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Walk It Off

June 18, 2008
About five in the morning, this morning, Wednesday morning, my ex-mother-in-law received a phone call from her youngest child, a thirty something year old man, on parole, after spending several years in prison for something, I don’t recall, maybe robbery or selling drugs. When I was pregnant with my oldest daughter, he, Tony was just a boy, perhaps a teenager, I cannot remember, slowly it is all becoming useless to remember because it proves over and over again that history repeats itself and history can be too painful to remember.

I’m trying to remember the exact phrase my daughter used when she relayed this story to me today. Was it “Tony had a problem” or was it “Tony was in trouble.” At first I did not know what she meant. After her grandmother left the room, she explained it to me. Her grandmother woke her up asking for my daughter’s car keys because she needed to go get Tony because Tony was in ‘trouble.’ When I proved too thick to understand she finally said overdosed. My daughter went with her grandmother to get Tony, from where who knows, some seedy little place in the big city far away from his mother’s house but not really that far. After finding him, his mother wanted to call 9-1-1. She wanted to take him to the hospital. After all, she worked thirty-five years at the gas company, now retired with a pension; she deserves public services just like everyone else. She kept insisting on calling 9-1-1. Tony could not say much but he managed a series of No. No. No. My daughter’s grandmother was not listening and was still determined to call 9-1-1. My ex-mother-in-law looked to her granddaughter for guidance, her granddaughter said, perhaps he should sleep it off, he cannot go to the emergency room, he will get into trouble because he is on parole, and parolees cannot have drugs in their system, but one must have drugs in their system in order to be admitted to rehab, but one cannot go to rehab if going back to prison takes precedent over rehab. She could not leave the idea alone until her son said one word, JAIL! Hearing this, the mother helped her son into his room where he is currently (as far as I know) sleeping it off. My daughter told me the only thing she could think of while it was happening was a phrase she used to hear me say a lot but she could not remember in what context. “Crash and burn baby, crash and burn.” I do remember using that phrase when members of my family did stupid stuff and suffered after wards, but I don’t recall with whom or on what specific occasions. It was not during happy times for sure, but I do remember using the phrase somewhat and remember the surrendering feeling of defeat, hopelessness and helplessness toward the situation (or people) I said it to/about.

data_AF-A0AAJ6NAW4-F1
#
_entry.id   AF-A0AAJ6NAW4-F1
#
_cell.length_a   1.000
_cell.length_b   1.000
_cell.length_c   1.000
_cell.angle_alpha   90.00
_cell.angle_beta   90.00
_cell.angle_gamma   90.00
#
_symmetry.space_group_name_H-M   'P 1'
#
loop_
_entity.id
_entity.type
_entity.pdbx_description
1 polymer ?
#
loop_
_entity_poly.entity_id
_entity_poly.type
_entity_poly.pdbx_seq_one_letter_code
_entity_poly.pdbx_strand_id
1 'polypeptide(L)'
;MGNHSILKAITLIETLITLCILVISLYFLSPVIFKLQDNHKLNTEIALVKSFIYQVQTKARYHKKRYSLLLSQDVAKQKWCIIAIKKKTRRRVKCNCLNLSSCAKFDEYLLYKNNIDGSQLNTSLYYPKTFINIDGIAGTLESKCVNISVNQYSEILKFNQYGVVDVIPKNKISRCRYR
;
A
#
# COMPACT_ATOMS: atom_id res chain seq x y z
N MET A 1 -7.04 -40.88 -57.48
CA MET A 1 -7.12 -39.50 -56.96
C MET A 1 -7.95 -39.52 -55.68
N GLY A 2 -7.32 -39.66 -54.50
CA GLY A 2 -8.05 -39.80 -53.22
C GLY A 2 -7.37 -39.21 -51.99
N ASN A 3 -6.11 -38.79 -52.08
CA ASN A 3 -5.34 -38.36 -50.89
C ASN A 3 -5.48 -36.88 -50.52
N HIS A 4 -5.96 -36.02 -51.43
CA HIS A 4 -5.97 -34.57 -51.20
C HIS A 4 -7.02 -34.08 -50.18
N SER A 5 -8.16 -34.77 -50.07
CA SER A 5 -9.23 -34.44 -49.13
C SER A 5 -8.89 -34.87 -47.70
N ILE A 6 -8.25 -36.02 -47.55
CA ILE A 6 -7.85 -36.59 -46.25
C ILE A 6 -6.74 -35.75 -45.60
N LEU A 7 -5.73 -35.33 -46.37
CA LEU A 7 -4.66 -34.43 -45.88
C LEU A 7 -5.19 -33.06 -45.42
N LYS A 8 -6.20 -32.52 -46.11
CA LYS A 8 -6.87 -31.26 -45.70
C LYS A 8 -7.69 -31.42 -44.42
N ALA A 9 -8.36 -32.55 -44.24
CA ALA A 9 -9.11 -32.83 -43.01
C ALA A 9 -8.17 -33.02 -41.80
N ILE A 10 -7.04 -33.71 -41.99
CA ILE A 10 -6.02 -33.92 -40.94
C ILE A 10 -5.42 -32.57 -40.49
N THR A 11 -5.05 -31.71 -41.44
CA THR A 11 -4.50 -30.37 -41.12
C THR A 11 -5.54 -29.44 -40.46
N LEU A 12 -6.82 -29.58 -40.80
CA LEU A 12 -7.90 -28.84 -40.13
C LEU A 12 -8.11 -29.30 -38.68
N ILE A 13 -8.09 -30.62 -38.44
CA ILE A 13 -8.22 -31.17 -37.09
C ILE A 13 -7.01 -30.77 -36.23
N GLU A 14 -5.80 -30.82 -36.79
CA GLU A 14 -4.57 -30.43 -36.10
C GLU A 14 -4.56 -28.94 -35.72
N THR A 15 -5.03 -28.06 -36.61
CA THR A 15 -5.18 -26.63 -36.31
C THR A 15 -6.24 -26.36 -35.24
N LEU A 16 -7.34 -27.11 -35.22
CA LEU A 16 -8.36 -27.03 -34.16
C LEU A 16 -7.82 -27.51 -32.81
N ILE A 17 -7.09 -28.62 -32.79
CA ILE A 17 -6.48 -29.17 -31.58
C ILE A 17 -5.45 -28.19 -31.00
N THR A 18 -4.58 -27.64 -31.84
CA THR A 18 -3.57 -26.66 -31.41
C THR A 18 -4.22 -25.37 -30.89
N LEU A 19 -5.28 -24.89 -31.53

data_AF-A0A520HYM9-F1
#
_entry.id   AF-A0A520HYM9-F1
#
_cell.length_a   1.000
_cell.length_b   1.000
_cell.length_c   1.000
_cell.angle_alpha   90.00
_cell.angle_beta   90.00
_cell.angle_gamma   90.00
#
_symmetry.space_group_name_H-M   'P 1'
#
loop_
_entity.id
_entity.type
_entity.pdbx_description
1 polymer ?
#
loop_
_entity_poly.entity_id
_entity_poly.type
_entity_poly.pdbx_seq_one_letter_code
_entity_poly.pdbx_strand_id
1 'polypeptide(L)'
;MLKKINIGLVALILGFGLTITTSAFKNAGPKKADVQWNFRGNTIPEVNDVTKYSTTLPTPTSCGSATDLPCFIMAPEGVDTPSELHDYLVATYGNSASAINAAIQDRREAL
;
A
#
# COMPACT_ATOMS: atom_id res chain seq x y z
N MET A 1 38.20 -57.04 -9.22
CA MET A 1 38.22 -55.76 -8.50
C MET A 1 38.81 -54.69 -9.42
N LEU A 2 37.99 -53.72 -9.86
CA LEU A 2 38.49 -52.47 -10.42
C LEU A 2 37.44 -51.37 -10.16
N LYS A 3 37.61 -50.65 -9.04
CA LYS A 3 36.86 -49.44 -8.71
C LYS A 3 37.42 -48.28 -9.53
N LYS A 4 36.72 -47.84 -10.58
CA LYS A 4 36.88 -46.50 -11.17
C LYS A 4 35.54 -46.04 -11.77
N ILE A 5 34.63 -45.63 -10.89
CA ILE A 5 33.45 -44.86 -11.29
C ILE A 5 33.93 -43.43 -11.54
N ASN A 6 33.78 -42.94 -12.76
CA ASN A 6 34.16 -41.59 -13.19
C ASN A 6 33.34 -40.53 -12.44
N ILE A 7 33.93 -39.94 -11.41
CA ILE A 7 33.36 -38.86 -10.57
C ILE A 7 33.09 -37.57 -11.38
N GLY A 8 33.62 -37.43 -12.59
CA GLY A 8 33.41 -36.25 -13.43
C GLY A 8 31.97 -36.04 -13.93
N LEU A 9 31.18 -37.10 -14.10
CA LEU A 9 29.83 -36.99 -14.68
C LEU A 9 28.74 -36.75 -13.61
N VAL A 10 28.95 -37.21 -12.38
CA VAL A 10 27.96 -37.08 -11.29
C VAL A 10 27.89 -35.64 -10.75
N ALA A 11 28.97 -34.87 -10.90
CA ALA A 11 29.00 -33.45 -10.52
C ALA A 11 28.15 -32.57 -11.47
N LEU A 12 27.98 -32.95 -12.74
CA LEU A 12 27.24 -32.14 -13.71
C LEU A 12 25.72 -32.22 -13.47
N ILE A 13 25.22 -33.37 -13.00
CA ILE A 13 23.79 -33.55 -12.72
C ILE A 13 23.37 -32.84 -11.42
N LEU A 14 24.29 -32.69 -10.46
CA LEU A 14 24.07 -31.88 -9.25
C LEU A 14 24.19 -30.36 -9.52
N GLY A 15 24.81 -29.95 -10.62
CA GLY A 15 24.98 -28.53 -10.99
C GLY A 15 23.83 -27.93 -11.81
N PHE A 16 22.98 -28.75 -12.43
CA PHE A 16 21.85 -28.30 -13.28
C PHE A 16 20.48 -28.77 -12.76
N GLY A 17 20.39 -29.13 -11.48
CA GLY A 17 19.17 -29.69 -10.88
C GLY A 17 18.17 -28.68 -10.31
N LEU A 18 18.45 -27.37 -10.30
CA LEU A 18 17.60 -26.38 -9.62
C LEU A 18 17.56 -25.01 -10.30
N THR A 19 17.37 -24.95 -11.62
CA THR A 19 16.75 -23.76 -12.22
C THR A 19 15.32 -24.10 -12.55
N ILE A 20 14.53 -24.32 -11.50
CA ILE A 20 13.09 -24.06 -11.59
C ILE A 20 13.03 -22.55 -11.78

1. Robbie permalink
    June 18, 2008 6:51 pm

    Wow! I really don’t know what to say. I feel for your daughter, for the grandmother, and for the son who needs help but is in a warped Catch 22.

    Treat addiction like the disease it is and decriminalize drug use. After all, we have other addictive legal substances that have been proven to be more harmful in some cases. It would cut out a lot of other crimes and free up our prisons from the useless overload.

    Hmmm…I guess I found something to say afterall. 🙂

  2. Kitty Glendower permalink
    June 18, 2008 8:34 pm

    Hey, where have you been?

  3. Anna permalink
    June 18, 2008 11:11 pm

    What a twisted system – risking dying instead of seeking medical help that might land one in prison. It’s as if seeking medical care is itself a crime?

    What a shame. Sorry about this Kitty.

  4. Deb permalink
    June 18, 2008 11:57 pm

    kitty…damn I’m glad to hear your “voice” out here again!

    Great post and a sad, sad commentary. Your labels tell the whole sordid story of the vicious cycle that is addiction and at whose doorsteps the worst consequences lay. And you’re right, it is neither a Hollywood movie NOR “Celebrity Rehab with Dr. Drew” (whose damn concept was that??).

    Our systems, supposedly set up to help “serve and/or protect,” are not meant to do either, at least not for regular folks. I’m not surprised that Tony’s one, clearly intelligible and emphatic word – JAIL – carried so much weight in her decision to take him home even though what he needed was care.

    And the beat goes on…

  5. Chris permalink
    June 21, 2008 9:03 pm

    I empathize with your family on this. Alexis’ younger sister has just been given her last chance in court mandated rehab before going to jail.

    I have had a tough time with this. I resent her sister for what she is dragging the family through, not only financially but legally and healthwise as well. I get angry about her abandoning her child, stealing from her mother while her mother was in the hospital and things like that. I have had my own addiction issues so I try to understand but this tears me in two different directions.

    I feel like I should be a better, more forgiving person, but I’ve not been able to be that person in this case just yet.

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